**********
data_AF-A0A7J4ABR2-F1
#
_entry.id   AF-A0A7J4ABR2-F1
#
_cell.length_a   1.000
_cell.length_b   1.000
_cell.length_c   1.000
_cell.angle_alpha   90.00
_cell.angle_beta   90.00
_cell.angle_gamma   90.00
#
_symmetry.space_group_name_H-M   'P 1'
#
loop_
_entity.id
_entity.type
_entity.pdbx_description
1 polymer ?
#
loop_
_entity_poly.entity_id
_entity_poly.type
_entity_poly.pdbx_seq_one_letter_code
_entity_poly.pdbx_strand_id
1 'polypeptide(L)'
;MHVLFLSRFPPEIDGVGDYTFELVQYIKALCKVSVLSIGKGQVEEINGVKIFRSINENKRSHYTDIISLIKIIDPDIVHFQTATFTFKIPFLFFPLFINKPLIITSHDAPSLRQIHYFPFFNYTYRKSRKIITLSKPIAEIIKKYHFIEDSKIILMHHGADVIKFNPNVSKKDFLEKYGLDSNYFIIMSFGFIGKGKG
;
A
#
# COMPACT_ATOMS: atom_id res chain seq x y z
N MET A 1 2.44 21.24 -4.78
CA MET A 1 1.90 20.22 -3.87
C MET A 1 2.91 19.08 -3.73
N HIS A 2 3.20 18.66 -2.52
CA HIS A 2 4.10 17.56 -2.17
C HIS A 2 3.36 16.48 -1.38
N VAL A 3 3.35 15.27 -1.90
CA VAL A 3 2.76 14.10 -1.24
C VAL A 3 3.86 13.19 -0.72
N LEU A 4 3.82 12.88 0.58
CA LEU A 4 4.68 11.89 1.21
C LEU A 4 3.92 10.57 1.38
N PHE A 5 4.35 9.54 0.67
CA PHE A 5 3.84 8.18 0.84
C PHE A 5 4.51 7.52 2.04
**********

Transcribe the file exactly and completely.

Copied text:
data_AF-A0A7J4ABR2-F1
#
_entry.id   AF-A0A7J4ABR2-F1
#
_cell.length_a   1.000
_cell.length_b   1.000
_cell.length_c   1.000
_cell.angle_alpha   90.00
_cell.angle_beta   90.00
_cell.angle_gamma   90.00
#
_symmetry.space_group_name_H-M   'P 1'
#
loop_
_entity.id
_entity.type
_entity.pdbx_description
1 polymer ?
#
loop_
_entity_poly.entity_id
_entity_poly.type
_entity_poly.pdbx_seq_one_letter_code
_entity_poly.pdbx_strand_id
1 'polypeptide(L)'
;MHVLFLSRFPPEIDGVGDYTFELVQYIKALCKVSVLSIGKGQVEEINGVKIFRSINENKRSHYTDIISLIKIIDPDIVHFQTATFTFKIPFLFFPLFINKPLIITSHDAPSLRQIHYFPFFNYTYRKSRKIITLSKPIAEIIKKYHFIEDSKIILMHHGADVIKFNPNVSKKDFLEKYGLDSNYFIIMSFGFIGKGKG
;
A
#
# COMPACT_ATOMS: atom_id res chain seq x y z
N MET A 1 2.44 21.24 -4.78
CA MET A 1 1.90 20.22 -3.87
C MET A 1 2.91 19.08 -3.73
N HIS A 2 3.20 18.66 -2.52
CA HIS A 2 4.10 17.56 -2.17
C HIS A 2 3.36 16.48 -1.38
N VAL A 3 3.35 15.27 -1.90
CA VAL A 3 2.76 14.10 -1.24
C VAL A 3 3.86 13.19 -0.72
N LEU A 4 3.82 12.88 0.58
CA LEU A 4 4.68 11.89 1.21
C LEU A 4 3.92 10.57 1.38
N PHE A 5 4.35 9.54 0.67
CA PHE A 5 3.84 8.18 0.84
C PHE A 5 4.51 7.52 2.04